Skaven Battletome: Initial Thoughts

Skaven Battletome

When Age of Sigmar 3.0 was released, I made the decision to pick Skaven as the first force for the new edition (and stupidly agreed on release day to take part in a tournament a few weeks later with a force that at that point didn’t exist). Four Clanrats boxes and a Start Collecting box later, I knew that I was in trouble. I wasn’t going to have enough to field at a battle-ready standard, so I grabbed a few Verminlords and a Clawlord to chew up some points, so I didn’t have to paint 80 Clanrats.

Somehow I managed to get a force painted for my first ever tournament (and I think at that point, it was probably my 3rd ever game of AoS). This was my introduction to how restrictive list building was for Skaven, and I am glad to see that those restrictions have been removed in this new battletome.

The main building restriction we now have is that to make certain units battleline, we need to have the same number of heroes from that clan as the number of units that you want to be battleline. This unlocks the ability to really mix and match all clans, which will hopefully create some insane lists down the track. The downside is that hero models eat up your points quickly, especially if you’re trying to trigger some of the Great Clans battle traits, such as Always Three Clawsteps Ahead, which, in my opinion, is the best one because it allows you to pile-in all other friendly Skaven units that are within 3″ of an enemy model after your first pile-in.

To unlock this, you will need 3 models from the following, Thanquol, Lord Skreech Verminking, Verminlord Warpseer, Grey Seer on Screaming Bell, or a Grey Seer on foot. So, to unlock this train, you’ll need at least Thanquol, Lord Skreech Verminking, and a Verminlord Warpseer (1210 points), or at most three Grey Seers on foot (375 points). I might stick with my 3 Screaming Bell build as that sits at 975 points, but you get the ability to call 3 Verminlords by cracking the bell. Oh, did I mention that?

Another big welcome change was the ability to somewhat control the triggering of a Verminlord from a Screaming Bell by using A Stirring Beyond the Veil. In my limited use of Screaming Bell spam, you’d expect that I’d have triggered a few Verminlords, but unfortunately it was much less than I would have liked, and when I did, it was always at the worst possible time. So, as I mentioned before, for a reduced price you can potentially call a Verminlord while still retaining the Grey Seer after the bell has been cracked. So, for the low low price of 325, you can potentially have 495 worth of units.

The amusing thing about that is that your opponent will have brought this upon themselves by not destroying the Screaming Bell fast enough, and if they were smart enough to keep you just out of range of summoning the Verminlord, you can go park yourself next to some deadly terrain if you are close enough. Now if only they allowed you to lift the Screaming Bell model and replace it with a Grey Seer on foot and a Rat Ogre after you cracked the bell.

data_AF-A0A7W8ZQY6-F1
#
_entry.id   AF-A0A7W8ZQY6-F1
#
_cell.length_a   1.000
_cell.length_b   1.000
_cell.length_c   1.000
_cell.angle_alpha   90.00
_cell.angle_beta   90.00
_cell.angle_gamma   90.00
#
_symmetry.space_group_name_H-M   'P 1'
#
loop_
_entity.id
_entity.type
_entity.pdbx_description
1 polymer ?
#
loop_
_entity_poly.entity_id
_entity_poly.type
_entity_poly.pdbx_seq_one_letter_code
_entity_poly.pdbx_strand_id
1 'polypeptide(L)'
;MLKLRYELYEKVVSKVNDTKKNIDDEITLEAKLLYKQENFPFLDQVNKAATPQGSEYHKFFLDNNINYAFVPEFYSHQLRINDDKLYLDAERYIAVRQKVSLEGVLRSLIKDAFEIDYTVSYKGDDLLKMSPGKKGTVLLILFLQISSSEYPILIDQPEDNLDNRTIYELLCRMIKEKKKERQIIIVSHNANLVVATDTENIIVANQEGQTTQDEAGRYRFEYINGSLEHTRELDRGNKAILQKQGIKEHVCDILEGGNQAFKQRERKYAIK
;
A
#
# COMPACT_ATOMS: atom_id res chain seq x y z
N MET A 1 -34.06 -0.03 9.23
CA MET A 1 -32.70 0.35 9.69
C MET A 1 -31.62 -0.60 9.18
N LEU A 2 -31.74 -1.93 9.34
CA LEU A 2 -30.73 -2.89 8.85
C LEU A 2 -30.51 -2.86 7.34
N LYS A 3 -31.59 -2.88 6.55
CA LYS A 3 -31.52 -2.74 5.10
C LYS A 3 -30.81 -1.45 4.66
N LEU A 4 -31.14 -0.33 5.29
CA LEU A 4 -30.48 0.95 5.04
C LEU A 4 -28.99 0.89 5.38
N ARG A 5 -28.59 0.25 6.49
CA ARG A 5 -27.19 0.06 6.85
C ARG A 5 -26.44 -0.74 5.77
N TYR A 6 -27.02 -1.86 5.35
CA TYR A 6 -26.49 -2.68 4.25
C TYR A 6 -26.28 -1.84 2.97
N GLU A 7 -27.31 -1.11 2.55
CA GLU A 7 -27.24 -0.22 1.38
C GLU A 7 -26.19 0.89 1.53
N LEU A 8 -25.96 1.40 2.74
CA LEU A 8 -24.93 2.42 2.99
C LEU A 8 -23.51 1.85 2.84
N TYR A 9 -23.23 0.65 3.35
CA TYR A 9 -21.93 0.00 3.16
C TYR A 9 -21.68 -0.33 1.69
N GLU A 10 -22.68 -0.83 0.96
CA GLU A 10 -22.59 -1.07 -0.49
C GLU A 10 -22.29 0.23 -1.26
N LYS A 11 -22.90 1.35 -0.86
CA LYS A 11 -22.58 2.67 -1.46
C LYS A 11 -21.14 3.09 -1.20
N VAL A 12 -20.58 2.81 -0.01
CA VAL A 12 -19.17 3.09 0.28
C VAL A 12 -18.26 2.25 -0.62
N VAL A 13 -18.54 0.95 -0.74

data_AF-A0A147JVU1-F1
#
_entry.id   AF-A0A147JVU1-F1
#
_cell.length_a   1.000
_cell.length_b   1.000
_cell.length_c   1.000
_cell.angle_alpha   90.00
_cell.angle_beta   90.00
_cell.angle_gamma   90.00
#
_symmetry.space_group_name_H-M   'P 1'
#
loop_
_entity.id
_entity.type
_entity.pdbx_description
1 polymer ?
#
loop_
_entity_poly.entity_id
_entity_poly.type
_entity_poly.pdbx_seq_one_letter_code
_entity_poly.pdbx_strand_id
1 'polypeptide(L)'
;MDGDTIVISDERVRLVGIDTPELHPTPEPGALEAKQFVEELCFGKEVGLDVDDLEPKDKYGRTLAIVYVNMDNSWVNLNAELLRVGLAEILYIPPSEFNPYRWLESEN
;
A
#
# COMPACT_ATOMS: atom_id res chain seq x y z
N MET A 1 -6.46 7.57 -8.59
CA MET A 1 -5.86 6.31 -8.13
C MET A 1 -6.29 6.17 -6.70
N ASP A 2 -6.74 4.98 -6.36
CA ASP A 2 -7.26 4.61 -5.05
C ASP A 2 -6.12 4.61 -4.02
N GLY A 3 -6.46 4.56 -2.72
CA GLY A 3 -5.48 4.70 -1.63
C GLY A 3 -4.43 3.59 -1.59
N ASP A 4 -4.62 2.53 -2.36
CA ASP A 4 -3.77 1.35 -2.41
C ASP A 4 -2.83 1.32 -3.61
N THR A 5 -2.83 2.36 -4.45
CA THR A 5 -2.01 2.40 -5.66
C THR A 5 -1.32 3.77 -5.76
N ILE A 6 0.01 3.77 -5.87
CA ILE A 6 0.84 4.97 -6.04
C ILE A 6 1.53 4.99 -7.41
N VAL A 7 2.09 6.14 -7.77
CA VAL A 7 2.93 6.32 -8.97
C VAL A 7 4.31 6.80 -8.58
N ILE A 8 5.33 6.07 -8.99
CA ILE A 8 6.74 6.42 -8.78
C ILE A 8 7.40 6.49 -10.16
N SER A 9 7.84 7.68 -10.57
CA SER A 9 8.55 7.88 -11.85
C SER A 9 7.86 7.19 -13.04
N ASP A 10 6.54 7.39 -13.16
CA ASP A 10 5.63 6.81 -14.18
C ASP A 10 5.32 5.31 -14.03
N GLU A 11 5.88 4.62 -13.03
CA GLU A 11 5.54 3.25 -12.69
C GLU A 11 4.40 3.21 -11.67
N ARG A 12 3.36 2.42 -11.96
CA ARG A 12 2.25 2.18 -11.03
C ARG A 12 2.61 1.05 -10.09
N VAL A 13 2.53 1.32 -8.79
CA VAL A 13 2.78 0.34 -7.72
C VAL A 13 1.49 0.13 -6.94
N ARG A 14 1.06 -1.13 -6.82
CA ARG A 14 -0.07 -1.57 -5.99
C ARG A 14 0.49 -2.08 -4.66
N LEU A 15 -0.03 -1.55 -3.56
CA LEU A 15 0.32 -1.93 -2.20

One of the main issues I had with my force was that due to the new unit coherency rules (1.3.3), my Clanrats had to really spread out just to wrap around efficiently on pile-in to be in range unless I started using Rusty Spears for the 2″ range (but we won’t speak of that). With the Strength in numbers battle trait, you can now increase the range by 1″ for every 10 models in a unit, up to a maximum of 3″. I can now keep my clanrat footprint small, further helping to limit the possible attack surface and allowing more units around a single target.

Because base sizes are less than an inch when setup in the formation shown to the left, a MSU of 20 Clanrats can now travel around 4 ranks deep with a 3″ range, allowing the entire unit to attack. The Core Rules state in Combat Attacks (13.1.2) that “the target of a combat attack must be within a number of inches equal to the Range characteristic of the weapon”, so in the formation shown, even the 4th rank can still technically reach the opponent, be it by a few millimetres, but still within the rules.

The Grand Strategies do leave much to be desired and are probably the weakest part of the battletome. They could have had so much fun with the theme of “foiling the opponents’ plans”. Something like stopping all of your opponents’ battle tactics (hard, but that would deny them a nice chunk of points while you still get yours and your Grand Strategy), or something as simple as stopping your opponents’ Grand Strategy. It fits the lore better than keeping 3 or more friendly heros of a certain clan alive. The Battle Tactics are a little better, but again very specific being based on clans used. Let’s face it, even with the flexability that you now have when building your army, you may not even use any of them, so you are left to the current battlepack’s Battle Tactics.

I’m still going through all the rest of the traits, artefacts, and unit theory crafting lists, so I’ll probably have more to say after a week or so, but for the moment, this battletome has not been a disappointment. I’m looking forward to building some lists and finally getting around to painting some more non-Verminus models, which I’d been holding off just in case they were negatively changed.

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